Nope. He gave him a day and then He said…that’s it. You’re done. Let’s move on. Look at the last few verses, what did God ask Jonah that He had asked him before?

Is it right to be angry at this plant? 

As if Jonah hasn’t been dramatic enough through out his assignment, he tells God he is “angry enough to ___________”. In verse 10 my Bible uses the Hebrew word for pity, meaning to look compassionately onto spare”. Jonah wanted God to blow Ninevah to bits. He wanted to sit back & watch it burn. Was that his motivation for going the second time? “Well,I can’t run away, so I might as well go get a good seat to watch people die”. But God’s response says it all:

Then the Lord said, “You feel sorry about the plant, though you did nothing to put it there. It came quickly and died quickly. But Nineveh has more than 120,000 people living in spiritual darkness, not to mention all the animals. Shouldn’t I feel sorry for such a great city?”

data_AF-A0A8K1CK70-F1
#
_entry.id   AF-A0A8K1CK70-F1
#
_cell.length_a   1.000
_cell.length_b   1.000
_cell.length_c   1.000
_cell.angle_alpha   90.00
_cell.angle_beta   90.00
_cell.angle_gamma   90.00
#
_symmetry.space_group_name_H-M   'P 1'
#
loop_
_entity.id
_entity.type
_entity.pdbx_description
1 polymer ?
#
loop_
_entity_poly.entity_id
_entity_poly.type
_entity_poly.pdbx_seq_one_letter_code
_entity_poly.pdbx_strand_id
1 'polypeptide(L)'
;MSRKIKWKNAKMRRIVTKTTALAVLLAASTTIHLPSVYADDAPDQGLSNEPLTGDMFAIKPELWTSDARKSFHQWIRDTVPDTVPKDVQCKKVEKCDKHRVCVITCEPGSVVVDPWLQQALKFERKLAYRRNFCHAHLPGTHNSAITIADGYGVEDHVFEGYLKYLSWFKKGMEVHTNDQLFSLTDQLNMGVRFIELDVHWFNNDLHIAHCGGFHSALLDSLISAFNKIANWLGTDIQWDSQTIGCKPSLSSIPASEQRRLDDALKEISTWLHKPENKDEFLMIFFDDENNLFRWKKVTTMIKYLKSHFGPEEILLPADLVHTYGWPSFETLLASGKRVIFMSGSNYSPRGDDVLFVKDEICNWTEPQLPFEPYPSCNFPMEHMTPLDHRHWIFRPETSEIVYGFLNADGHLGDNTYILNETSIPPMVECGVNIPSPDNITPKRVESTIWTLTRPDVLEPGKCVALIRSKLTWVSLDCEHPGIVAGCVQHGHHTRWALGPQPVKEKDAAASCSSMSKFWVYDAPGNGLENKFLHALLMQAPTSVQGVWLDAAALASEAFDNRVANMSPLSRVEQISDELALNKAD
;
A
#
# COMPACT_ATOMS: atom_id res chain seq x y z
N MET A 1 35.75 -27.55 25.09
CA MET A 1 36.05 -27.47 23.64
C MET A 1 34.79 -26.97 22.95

We can learn a lot from Jonah about how not to act, but one of the greatest lessons in this story is that even in Jonah’s anger and bitterness and tantrums he knew the character of God. He said it himself in 4:2 : that God was merciful, compassionate, and abounding in love. He had obviously seen the destruction & the wrath before, as well as knowing the mercy and compassion. We don’t know what happened to Jonah after that. Maybe he just laid there and continued to pout or maybe he drug himself back to Gath-hepher, walking around the rest of the day with slumped shoulders and full knowledge of God. We don’t know. We can see, though, that God let His child, Jonah, throw a temper tantrum. He let Jonah sulk and moan. God didn’t punish him or, from what we can see, really even correct him. He appealed to his heart and seemingly left it there. Maybe that should be a lesson for all of us when life doesn’t go our way or our kids act like Jonah…or the next time we act like Jonah.